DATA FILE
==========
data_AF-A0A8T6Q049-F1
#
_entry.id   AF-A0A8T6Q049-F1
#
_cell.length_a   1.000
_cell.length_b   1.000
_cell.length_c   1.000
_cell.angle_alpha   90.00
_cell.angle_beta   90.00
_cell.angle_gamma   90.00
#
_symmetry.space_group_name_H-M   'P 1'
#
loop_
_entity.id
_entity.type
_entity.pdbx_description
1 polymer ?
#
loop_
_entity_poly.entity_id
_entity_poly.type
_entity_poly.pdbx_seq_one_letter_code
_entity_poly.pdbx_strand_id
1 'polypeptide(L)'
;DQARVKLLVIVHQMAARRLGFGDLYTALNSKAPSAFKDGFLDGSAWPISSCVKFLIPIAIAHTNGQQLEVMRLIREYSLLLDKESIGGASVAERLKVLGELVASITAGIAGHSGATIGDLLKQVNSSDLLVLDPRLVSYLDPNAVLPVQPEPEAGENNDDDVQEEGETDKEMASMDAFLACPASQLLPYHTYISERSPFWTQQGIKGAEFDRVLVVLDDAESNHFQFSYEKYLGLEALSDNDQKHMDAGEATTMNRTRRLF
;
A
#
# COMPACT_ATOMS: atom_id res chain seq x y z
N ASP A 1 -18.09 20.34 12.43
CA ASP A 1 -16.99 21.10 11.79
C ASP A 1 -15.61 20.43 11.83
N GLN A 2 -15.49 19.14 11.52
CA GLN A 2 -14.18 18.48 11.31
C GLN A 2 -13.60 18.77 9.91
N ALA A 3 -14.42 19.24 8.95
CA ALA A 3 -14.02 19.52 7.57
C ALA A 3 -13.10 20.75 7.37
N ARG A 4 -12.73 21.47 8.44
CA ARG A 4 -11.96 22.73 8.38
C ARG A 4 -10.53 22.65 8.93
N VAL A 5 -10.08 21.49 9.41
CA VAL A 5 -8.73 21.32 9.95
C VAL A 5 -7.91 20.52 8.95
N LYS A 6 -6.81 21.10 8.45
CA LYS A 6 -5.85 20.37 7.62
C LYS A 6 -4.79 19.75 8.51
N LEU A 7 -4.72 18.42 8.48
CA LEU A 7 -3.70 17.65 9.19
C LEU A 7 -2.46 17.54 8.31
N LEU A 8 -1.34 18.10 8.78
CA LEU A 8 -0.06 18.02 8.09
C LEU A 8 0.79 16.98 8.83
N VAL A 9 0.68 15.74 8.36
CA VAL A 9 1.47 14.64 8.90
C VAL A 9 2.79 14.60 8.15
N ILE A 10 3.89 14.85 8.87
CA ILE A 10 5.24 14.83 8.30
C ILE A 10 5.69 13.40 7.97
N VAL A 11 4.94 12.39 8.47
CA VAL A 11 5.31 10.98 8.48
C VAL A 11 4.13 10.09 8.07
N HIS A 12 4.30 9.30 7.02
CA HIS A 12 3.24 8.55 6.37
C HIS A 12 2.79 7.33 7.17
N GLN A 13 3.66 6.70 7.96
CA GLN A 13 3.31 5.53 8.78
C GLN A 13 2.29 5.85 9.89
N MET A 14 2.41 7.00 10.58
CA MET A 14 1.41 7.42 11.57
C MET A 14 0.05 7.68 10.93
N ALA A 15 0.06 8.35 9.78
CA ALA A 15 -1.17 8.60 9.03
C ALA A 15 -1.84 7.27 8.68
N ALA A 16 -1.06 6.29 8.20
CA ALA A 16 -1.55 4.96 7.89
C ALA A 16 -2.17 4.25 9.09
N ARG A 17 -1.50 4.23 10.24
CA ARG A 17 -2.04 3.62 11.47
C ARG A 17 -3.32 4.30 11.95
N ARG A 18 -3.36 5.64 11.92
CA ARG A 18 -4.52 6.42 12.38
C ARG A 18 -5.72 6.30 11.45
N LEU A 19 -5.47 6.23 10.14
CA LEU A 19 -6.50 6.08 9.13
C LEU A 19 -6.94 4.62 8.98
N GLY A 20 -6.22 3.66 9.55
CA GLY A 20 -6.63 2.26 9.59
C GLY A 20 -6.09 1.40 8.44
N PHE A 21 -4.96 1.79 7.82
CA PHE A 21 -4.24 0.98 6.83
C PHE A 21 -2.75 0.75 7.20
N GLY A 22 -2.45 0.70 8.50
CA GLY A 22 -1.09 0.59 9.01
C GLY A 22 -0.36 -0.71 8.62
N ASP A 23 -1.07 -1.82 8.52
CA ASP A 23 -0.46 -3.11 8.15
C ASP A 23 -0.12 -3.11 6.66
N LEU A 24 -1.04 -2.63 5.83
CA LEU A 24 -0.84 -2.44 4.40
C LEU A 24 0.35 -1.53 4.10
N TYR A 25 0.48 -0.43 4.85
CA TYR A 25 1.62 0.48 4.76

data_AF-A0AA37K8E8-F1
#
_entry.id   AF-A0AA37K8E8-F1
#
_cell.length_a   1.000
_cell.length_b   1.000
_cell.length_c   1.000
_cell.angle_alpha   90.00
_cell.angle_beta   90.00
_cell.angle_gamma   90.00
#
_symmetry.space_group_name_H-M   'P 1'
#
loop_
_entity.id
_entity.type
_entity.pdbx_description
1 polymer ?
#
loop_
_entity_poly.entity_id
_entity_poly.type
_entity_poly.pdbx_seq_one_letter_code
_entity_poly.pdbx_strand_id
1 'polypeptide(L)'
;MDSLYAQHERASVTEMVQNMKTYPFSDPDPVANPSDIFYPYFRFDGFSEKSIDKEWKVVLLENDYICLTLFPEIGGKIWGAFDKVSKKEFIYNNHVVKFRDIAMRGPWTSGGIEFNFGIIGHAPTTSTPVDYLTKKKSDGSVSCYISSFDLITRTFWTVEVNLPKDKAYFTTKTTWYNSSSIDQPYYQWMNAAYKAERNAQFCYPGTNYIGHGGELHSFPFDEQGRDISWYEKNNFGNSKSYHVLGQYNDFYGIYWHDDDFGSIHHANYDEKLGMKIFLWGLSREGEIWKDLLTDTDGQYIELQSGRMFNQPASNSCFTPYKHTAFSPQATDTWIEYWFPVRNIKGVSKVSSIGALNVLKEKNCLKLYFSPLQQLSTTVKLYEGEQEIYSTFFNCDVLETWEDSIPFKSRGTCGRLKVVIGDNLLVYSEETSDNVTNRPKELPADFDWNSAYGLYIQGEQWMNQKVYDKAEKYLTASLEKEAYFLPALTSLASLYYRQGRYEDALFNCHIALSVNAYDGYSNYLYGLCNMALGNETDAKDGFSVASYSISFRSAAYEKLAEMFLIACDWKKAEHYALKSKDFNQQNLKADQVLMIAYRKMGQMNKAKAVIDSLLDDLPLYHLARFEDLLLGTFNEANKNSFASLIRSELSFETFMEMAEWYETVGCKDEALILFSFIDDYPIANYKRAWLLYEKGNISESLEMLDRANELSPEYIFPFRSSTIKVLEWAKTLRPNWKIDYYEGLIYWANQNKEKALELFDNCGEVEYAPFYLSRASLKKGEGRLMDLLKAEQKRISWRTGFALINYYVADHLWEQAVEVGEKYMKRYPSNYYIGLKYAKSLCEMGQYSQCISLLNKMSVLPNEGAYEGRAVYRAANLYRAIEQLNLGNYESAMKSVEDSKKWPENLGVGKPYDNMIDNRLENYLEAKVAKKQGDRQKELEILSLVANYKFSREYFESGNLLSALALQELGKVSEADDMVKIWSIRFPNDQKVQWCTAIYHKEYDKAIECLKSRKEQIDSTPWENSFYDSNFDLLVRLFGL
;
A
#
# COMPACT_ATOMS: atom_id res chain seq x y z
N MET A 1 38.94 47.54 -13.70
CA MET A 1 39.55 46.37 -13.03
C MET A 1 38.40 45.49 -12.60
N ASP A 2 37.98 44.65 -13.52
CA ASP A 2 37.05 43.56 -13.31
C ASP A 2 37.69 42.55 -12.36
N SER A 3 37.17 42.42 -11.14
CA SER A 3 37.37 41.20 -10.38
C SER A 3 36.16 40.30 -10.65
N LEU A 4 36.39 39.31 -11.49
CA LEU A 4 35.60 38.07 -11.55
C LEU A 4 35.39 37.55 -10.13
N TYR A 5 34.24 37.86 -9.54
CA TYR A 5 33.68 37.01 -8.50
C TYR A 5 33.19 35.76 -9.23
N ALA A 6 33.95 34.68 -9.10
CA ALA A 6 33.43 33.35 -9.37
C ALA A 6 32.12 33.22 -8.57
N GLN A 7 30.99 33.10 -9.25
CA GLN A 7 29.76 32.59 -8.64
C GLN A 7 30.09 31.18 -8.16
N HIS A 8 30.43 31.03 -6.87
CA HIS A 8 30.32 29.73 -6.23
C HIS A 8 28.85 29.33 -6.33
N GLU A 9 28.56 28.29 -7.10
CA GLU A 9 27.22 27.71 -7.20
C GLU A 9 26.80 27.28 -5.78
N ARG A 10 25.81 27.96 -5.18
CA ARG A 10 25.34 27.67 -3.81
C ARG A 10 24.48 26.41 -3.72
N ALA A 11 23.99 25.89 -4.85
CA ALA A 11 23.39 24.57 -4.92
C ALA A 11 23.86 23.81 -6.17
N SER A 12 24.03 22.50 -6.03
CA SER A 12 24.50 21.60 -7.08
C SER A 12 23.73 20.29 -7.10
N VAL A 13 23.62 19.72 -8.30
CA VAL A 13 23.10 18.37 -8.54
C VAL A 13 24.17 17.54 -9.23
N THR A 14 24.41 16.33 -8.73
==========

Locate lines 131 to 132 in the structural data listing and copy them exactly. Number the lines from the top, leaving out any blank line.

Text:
;
A